All about chocolate making… travel report from Costa Rica – Part 2


I recently traveled to Costa Rica and had the opportunity to visit the Finca Köbö farm, where I had a wonderful encounter with Alex and Jutta, the owners. This little piece of paradise is situated on the Osa Peninsula, on the pacific coast of Costa Rica. In the first post I talked about the more general aspects of what I learned, and in this second post I will share my experience regarding their wonderful chocolate tour. So continue with me on this journey to Costa Rica.

I am a chocolate lover, so going back the roots of cocoa and chocolate making was just wonderful! From Alex, the owner, I learned about the process of growing cocoa, and the subsequent transformation of the pods and beans into chocolate.

The cocoa pods, which are fruits, grow on small trees and are cut by hand with machetes when they are ripe. The trees are named cocoa theobroma, which means “food for the gods”. The pods can be harvested year round but their high season is the rainy season, June to August. I learned that four trained people can harvest up to 10’000 pods a day!


There are three main varieties of cocoa: criollo, forastero and trinitario. The criollo variety is the one with the superior quality and has a natural sweetness. It makes up only 15 percent of the world production and is mainly exported to Europe. The forastero variety is the most common cocoa pod with the lowest quality and makes up 60 percent of the world production. The trinitario variety makes up the rest, and it is actually a hybrid of the other two.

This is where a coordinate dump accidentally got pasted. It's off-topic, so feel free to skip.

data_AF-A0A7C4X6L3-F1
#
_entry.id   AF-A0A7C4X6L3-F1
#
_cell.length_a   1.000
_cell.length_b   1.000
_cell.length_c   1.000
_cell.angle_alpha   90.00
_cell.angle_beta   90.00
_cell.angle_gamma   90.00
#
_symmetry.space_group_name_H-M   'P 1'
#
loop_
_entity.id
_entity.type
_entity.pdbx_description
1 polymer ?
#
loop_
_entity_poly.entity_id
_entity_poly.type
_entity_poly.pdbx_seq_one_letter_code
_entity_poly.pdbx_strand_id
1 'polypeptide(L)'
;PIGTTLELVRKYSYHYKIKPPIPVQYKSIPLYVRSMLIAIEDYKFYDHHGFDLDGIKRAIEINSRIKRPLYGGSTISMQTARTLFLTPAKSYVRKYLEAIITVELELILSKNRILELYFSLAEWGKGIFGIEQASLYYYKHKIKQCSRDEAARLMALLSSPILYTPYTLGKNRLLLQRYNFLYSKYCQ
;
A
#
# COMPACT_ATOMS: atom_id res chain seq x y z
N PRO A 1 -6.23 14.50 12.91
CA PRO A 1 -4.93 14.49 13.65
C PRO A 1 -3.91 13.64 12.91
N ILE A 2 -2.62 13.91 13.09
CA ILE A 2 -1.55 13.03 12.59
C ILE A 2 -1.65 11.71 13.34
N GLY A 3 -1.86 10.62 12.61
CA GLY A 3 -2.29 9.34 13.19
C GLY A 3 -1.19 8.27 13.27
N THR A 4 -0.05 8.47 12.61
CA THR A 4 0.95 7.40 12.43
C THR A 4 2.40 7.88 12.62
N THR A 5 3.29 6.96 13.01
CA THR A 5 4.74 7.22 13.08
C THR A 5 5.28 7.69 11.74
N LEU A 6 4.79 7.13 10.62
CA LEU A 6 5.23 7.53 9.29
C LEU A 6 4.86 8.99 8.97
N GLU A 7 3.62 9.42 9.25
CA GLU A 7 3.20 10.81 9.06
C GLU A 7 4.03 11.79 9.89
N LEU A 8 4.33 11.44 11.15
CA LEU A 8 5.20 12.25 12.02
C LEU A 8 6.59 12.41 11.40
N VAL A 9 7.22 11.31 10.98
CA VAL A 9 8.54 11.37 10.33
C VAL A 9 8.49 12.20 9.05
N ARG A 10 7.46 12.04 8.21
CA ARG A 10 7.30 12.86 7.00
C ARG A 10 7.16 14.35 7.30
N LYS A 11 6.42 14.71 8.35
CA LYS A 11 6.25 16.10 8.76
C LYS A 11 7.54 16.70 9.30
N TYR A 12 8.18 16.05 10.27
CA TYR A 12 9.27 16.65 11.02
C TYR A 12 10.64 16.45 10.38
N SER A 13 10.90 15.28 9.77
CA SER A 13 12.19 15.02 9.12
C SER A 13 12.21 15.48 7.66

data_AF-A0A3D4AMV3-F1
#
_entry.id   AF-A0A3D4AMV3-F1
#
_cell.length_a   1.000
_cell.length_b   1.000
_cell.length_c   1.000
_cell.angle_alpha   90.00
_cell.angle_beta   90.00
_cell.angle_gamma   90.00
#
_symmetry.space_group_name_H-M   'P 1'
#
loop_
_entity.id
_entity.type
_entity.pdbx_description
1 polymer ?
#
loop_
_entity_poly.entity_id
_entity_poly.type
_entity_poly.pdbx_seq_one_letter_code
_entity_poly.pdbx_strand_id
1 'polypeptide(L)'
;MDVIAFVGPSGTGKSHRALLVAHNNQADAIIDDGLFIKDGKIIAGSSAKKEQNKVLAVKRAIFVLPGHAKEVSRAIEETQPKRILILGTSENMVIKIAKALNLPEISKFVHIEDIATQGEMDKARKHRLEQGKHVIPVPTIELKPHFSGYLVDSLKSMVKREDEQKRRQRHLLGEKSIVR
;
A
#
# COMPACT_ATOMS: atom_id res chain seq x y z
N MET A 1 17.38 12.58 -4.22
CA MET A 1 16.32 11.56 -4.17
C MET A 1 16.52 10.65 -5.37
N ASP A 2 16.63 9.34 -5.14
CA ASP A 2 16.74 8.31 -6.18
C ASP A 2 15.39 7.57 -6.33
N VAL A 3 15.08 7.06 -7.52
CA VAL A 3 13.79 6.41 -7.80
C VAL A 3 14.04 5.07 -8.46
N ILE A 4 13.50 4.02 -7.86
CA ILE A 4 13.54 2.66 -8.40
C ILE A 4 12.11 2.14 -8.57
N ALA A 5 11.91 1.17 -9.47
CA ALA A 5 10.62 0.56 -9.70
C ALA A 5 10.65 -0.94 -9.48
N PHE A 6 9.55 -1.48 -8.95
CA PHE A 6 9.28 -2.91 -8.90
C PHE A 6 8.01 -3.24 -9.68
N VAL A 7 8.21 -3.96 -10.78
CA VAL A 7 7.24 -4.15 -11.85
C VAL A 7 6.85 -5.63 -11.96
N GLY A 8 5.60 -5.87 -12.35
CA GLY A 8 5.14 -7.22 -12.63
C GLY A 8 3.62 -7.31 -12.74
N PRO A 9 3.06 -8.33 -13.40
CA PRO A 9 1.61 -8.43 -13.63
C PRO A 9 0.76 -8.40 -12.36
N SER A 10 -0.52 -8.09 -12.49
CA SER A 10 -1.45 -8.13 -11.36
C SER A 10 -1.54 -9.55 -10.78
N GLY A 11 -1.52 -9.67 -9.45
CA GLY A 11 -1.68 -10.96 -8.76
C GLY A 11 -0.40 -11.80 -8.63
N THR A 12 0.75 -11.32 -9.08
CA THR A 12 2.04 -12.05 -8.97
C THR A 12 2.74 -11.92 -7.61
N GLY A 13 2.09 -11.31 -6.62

After harvesting, the cocoa pods are sliced in half and the fresh beans with the pulp are scooped out. When you cut open a cocoa pod you discover the beans that are densely covered by a white pulp or flesh. At this point the beans do not yet have any taste or smell of chocolate. You can, however, suck the flesh of these beans, and it tastes delicious, like candy.


In order to make chocolate and develop the chocolate flavor, the beans will need to go through a few stages, starting with the critical process of fermentation: To this end, the scooped out beans and their pulp are now placed into wooden boxes, and fermented between 4 to 6 days. During fermentation, a by product appears, a vinegar like liquid that was once used as wine by the Mayan. Did you know that the Mayas discovered the process of making chocolate by accident, while they fermented the cocoa beans to make wine?

Alex showed us what the beans look like during fermentation. He also emphasized that he is very careful to allow homogeneous fermentation, as opposed to larger producers that basically just throw the beans on the ground and cover them with banana leaves.


The next stage is the drying of the beans: They are spread onto large trays and are left to dry naturally in the sun for about 1-2 weeks. While drying you can observe the beans getting darker and darker and the smell of chocolate is now becoming stronger and stronger.


After drying, the beans are roasted on high heat in big roasting pans, under constant stirring. The process of roasting is quick and the beans signal that they are done with a crackling noise. After roasting, the skin around the beans is discarded. At this stage, if you break them apart into small pieces, you get what is called cocoa nibs. By now the smell of chocolate is just divine, believe me!

As the next step, the roasted beans are ground through a stone grinder to obtain the so called cocoa mass or paste. Cocoa mass is the natural mixture of cocoa and cocoa butter.


Alex then puts this mass into molds and after 5-6 hours at room temperature, he obtains a block of pure 100% chocolate.


As I describe in the first post, at the end of the tour we headed back to the main building for a delicious chocolate treat, which was a perfect ending for this inspiring walk in Alex’s garden.


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